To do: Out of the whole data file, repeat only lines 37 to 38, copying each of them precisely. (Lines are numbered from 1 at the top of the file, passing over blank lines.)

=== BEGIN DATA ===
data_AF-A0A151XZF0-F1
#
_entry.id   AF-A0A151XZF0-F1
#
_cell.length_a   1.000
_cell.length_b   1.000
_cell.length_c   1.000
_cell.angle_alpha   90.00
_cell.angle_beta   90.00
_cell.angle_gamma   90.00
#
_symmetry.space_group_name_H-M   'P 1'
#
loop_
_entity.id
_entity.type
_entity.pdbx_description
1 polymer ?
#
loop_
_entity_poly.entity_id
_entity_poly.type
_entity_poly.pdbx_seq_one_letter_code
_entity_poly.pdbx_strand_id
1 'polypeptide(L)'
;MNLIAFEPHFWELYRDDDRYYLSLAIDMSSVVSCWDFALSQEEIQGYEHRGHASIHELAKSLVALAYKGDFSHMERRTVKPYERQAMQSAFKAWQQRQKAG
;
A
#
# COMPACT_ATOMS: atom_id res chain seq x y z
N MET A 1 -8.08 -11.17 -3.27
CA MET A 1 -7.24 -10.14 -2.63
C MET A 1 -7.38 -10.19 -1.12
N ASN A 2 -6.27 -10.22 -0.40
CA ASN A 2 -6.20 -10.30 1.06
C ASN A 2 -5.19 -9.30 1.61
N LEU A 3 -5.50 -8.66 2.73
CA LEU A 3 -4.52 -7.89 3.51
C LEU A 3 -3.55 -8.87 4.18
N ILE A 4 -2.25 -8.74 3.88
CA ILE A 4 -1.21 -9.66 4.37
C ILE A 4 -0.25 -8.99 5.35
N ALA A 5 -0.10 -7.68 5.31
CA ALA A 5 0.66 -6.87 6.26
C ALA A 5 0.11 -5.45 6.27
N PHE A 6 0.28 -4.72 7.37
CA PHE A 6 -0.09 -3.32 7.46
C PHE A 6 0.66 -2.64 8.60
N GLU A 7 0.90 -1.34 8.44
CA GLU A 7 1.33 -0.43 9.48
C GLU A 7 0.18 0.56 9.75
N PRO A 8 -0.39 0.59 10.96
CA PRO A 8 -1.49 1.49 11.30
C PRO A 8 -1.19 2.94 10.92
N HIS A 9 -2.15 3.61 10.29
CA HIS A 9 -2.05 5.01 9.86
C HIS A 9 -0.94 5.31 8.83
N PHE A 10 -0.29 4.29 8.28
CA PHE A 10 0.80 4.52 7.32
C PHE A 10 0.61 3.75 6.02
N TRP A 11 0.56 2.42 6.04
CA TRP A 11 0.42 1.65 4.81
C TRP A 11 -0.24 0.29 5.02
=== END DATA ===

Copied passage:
N LEU A 3 -5.50 -8.66 2.73
CA LEU A 3 -4.52 -7.89 3.51